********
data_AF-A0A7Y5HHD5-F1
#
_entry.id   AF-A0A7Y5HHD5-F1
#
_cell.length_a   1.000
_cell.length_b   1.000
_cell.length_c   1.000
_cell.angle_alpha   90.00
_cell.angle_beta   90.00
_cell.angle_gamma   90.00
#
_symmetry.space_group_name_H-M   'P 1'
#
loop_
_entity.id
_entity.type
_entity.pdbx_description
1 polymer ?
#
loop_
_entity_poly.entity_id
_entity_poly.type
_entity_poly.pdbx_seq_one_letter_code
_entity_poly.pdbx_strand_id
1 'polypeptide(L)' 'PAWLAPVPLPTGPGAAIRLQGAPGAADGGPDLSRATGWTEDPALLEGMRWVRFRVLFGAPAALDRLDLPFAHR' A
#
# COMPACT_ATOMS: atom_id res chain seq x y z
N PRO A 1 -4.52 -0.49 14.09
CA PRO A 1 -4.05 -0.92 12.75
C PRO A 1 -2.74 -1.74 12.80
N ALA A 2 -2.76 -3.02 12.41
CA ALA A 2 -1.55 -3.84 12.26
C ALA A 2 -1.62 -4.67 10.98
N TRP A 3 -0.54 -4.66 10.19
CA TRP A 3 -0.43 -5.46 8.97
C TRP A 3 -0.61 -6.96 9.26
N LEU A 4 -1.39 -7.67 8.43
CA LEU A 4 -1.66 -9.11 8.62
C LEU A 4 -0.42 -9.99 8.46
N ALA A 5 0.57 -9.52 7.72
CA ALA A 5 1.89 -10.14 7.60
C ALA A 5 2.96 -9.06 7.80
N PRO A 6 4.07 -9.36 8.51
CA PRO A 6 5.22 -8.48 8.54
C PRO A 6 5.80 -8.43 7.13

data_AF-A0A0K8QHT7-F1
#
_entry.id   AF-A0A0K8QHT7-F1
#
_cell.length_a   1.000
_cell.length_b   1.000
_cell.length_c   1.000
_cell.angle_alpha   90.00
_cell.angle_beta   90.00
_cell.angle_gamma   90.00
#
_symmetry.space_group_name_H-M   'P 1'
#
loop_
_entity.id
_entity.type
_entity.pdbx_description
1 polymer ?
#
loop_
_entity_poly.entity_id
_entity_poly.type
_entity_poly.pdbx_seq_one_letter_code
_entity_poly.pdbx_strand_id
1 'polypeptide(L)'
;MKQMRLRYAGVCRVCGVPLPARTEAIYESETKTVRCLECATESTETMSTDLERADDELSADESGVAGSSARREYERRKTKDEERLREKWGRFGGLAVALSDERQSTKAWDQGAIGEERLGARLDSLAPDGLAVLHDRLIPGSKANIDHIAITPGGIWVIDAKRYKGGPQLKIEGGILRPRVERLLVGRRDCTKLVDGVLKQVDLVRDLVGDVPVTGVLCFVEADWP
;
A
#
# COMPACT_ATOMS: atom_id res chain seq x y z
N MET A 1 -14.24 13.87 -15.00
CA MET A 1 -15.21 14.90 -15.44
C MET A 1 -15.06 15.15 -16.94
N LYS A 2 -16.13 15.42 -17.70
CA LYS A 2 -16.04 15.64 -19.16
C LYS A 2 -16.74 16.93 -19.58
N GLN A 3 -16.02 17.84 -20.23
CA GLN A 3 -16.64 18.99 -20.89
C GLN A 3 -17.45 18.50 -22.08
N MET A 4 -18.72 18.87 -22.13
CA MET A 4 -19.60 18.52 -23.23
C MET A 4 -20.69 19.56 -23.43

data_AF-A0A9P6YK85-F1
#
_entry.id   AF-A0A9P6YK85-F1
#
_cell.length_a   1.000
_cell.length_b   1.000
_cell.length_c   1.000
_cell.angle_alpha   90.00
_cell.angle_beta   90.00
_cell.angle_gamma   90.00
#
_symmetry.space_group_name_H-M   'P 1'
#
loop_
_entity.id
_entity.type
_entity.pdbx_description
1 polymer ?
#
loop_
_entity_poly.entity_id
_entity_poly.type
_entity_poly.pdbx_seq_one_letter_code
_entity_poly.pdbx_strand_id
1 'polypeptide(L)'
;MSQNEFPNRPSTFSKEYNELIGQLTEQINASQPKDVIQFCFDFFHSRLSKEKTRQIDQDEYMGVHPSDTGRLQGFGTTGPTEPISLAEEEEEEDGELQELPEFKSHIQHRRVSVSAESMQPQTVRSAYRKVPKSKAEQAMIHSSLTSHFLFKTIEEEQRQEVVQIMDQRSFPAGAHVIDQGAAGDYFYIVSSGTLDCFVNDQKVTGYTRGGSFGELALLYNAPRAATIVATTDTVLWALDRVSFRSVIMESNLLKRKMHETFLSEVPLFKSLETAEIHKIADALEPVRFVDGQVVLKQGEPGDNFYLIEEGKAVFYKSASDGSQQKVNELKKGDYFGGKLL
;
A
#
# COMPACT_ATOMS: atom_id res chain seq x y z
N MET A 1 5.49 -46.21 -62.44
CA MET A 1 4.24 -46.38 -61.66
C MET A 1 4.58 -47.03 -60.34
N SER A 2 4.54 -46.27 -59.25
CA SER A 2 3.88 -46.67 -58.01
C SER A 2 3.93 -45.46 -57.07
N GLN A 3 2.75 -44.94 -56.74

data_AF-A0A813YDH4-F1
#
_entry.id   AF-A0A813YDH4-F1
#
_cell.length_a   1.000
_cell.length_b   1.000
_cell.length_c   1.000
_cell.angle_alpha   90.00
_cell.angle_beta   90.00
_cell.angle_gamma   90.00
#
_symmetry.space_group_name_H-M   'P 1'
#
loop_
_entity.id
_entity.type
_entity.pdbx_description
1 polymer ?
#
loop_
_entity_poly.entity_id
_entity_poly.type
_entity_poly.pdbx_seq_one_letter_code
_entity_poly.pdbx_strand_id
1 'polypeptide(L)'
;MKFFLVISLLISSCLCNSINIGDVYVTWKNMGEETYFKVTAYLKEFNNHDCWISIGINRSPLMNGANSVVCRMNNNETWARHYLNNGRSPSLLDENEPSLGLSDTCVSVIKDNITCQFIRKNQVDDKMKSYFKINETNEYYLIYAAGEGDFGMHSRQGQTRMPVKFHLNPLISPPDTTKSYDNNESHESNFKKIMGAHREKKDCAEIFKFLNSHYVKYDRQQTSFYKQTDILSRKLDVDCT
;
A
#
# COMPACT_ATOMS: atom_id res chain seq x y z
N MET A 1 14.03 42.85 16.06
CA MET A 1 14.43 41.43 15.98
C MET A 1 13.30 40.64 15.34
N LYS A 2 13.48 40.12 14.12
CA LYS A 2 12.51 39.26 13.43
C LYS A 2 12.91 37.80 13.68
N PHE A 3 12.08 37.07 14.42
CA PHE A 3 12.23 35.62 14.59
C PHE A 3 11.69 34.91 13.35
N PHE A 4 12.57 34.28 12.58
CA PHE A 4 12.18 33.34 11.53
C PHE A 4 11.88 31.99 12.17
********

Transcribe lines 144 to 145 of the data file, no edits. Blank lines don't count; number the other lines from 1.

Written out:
loop_
_entity_poly.entity_id